Our Brake Ducts Are Unique To Our Ducks
Our Brake Ducts Are Unique To Our Ducks

# Math help?

I’m making a nightly inspection form for work, and one of the tasks will be to fill a chemical tank in one of our roof-cleaning vehicles. I’m trying to find an equation for this so I can put it in my form and allow my employees to plug in how much roof mix is already in the tank, and then get numbers for how much of each component of the roof mix they need to fill the tank completely. In the past I’ve just done this in my head, but now that I’m training others to handle it I can’t seem to get myinternal method to transfer to an equation.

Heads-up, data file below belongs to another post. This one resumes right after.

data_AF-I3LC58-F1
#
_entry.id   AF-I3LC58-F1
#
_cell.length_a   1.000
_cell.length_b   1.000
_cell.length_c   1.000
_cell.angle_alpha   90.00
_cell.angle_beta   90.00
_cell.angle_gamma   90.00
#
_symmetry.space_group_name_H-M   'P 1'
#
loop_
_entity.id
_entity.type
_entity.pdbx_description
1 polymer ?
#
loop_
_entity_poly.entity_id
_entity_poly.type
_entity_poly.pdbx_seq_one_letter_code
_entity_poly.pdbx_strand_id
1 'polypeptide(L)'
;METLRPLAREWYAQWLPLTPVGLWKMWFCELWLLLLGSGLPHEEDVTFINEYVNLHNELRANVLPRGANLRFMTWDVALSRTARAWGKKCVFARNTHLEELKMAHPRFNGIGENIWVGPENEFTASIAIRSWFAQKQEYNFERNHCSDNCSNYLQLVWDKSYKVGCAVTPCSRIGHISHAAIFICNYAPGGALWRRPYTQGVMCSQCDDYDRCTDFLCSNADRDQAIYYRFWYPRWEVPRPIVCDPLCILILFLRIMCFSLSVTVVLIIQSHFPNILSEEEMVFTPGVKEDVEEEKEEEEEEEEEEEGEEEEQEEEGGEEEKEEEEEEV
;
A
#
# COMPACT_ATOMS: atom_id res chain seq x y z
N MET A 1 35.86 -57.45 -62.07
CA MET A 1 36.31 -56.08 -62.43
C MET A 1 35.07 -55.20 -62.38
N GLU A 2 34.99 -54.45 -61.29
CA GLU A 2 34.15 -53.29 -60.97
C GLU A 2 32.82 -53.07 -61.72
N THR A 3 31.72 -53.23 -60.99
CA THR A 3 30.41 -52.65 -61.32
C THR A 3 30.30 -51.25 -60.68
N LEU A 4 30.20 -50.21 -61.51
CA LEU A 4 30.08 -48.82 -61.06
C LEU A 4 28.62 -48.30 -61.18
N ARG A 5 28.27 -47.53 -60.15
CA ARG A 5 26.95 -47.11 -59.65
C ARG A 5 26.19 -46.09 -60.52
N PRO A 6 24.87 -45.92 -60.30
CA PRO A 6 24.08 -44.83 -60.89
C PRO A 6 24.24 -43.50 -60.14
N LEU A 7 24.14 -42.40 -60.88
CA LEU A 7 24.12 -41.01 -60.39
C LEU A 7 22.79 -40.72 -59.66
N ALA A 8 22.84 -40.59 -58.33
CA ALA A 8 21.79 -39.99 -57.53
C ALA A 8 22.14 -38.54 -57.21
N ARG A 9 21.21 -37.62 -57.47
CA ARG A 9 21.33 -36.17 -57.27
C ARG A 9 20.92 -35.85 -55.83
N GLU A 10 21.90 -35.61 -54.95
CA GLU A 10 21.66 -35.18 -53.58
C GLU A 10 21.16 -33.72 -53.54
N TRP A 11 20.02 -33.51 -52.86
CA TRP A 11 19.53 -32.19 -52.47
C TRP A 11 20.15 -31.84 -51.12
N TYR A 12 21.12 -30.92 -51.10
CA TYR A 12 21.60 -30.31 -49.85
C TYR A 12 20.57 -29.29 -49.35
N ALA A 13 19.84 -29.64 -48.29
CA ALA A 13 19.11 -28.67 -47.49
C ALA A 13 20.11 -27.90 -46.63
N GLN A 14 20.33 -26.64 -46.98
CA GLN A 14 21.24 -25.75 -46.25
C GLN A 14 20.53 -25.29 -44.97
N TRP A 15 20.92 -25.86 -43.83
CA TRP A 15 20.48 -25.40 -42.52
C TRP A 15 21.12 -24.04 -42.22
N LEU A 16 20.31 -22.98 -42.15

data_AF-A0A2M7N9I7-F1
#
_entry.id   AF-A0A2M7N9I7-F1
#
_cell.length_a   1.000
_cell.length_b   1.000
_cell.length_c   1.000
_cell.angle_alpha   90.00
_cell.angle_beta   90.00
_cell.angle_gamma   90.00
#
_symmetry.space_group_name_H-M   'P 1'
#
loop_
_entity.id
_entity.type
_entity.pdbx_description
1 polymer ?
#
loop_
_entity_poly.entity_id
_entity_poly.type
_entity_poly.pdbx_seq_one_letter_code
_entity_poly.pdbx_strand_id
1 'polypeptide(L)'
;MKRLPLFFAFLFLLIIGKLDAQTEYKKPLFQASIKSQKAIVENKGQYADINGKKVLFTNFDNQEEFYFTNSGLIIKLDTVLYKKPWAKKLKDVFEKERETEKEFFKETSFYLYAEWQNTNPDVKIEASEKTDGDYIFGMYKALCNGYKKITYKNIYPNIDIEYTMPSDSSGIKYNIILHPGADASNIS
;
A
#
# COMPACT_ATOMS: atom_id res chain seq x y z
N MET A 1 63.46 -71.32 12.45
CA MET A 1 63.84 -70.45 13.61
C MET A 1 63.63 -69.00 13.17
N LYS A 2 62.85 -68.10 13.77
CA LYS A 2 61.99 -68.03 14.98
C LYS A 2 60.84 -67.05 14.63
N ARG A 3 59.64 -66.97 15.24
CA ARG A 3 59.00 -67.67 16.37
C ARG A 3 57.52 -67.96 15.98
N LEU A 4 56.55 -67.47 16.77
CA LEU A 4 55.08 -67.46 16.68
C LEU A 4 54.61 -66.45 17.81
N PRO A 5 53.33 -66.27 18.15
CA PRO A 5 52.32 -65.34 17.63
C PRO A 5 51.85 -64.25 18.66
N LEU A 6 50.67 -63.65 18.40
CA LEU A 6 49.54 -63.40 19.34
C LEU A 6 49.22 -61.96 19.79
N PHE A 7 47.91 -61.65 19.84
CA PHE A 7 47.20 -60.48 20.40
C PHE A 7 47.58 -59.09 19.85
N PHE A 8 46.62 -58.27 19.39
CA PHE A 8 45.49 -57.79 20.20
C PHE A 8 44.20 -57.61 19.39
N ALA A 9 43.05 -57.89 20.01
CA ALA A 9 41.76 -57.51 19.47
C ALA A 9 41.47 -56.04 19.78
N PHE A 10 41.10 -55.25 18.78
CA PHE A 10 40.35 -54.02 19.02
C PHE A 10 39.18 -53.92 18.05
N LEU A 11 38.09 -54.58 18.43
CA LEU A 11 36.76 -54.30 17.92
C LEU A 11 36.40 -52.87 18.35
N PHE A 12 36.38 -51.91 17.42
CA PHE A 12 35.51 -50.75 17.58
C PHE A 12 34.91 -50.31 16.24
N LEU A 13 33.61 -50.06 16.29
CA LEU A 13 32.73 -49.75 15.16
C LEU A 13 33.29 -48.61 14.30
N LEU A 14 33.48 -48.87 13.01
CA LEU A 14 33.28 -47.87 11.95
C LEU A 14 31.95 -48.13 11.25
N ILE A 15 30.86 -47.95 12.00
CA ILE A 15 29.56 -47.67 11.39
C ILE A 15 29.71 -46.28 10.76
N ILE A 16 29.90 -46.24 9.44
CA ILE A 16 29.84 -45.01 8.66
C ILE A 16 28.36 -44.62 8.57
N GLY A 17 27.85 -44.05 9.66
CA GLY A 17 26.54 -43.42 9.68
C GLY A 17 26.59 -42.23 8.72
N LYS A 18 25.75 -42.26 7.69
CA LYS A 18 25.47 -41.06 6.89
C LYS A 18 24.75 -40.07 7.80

This should be simple, but I can’t recall basic algebra. Help?

Relavent info:

There’s a 90 gallon tank labeled “roof mix”. This is what my guys need to fill up every night.

The proper ratio for cleaning an asphalt shingle roof is 40% Sodium Hypochlorate to 60% water. So 1:1.5. There’s one other chemical involved, but it’s a negligible amount and added by hand so we don’t need to include it in the equation.

The amount of roof mix left over each day is variable. Sometimes the crews use it all, sometimes there’s 10 gallons left, sometimes there are 30 gallons left, etc.